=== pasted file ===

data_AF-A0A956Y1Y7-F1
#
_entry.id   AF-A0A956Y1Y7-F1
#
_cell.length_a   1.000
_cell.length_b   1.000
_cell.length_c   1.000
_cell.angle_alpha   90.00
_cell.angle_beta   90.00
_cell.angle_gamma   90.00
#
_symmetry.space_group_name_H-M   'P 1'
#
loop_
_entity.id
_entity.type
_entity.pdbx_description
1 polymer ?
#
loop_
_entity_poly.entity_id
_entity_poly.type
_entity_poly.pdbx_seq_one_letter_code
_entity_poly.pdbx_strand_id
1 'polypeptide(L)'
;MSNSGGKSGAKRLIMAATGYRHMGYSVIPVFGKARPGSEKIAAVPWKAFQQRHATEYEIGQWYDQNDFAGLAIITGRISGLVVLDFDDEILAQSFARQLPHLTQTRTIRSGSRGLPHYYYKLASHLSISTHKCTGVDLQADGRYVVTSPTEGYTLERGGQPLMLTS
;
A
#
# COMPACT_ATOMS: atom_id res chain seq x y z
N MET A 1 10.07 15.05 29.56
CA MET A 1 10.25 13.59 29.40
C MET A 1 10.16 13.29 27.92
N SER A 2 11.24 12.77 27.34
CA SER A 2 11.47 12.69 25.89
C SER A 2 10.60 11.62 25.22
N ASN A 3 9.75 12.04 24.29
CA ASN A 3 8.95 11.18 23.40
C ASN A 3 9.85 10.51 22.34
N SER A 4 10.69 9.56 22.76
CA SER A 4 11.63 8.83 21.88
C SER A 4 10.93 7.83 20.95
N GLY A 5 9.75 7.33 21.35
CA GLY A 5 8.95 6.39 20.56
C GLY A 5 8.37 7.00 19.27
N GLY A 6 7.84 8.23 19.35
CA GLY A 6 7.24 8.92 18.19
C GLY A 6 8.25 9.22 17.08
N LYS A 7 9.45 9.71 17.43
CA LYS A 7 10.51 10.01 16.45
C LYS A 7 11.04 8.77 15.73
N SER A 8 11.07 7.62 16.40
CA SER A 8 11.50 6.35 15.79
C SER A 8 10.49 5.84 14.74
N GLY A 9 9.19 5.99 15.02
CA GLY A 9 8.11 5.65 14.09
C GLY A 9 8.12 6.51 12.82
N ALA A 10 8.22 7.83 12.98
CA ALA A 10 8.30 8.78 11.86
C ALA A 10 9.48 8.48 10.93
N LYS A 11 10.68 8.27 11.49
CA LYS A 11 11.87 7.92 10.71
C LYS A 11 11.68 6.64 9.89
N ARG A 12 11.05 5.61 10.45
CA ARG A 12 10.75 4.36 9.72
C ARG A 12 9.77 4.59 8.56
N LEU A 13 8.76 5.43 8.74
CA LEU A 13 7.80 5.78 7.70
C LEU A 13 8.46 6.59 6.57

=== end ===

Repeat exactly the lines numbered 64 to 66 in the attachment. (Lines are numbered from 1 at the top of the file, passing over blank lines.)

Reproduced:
N ARG A 12 11.05 5.61 10.45
CA ARG A 12 10.75 4.36 9.72
C ARG A 12 9.77 4.59 8.56